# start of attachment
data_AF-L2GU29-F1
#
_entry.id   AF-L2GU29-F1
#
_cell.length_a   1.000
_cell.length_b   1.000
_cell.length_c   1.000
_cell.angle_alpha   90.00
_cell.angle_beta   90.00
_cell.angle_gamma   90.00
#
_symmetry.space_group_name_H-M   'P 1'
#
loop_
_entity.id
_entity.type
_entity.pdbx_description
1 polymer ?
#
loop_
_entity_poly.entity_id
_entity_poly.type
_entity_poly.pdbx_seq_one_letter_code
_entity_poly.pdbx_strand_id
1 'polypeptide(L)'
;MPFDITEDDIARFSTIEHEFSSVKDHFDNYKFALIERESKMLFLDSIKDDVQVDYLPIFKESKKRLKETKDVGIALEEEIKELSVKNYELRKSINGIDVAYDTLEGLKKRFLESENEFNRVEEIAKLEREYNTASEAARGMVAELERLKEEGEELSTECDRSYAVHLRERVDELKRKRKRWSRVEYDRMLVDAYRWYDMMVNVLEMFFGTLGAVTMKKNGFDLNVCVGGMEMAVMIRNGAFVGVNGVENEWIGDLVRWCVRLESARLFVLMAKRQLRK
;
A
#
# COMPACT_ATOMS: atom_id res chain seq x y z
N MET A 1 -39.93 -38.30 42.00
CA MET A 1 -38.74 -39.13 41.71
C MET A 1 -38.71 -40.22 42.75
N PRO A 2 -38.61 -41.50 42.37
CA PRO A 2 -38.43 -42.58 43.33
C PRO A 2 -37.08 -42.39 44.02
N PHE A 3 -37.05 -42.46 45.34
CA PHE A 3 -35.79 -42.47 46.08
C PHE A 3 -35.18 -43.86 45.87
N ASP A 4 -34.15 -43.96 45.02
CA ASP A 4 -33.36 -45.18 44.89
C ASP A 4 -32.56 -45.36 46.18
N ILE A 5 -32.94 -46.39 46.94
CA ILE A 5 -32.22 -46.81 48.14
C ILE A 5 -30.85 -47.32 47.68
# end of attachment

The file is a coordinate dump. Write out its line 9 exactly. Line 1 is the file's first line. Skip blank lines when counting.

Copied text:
_cell.angle_beta   90.00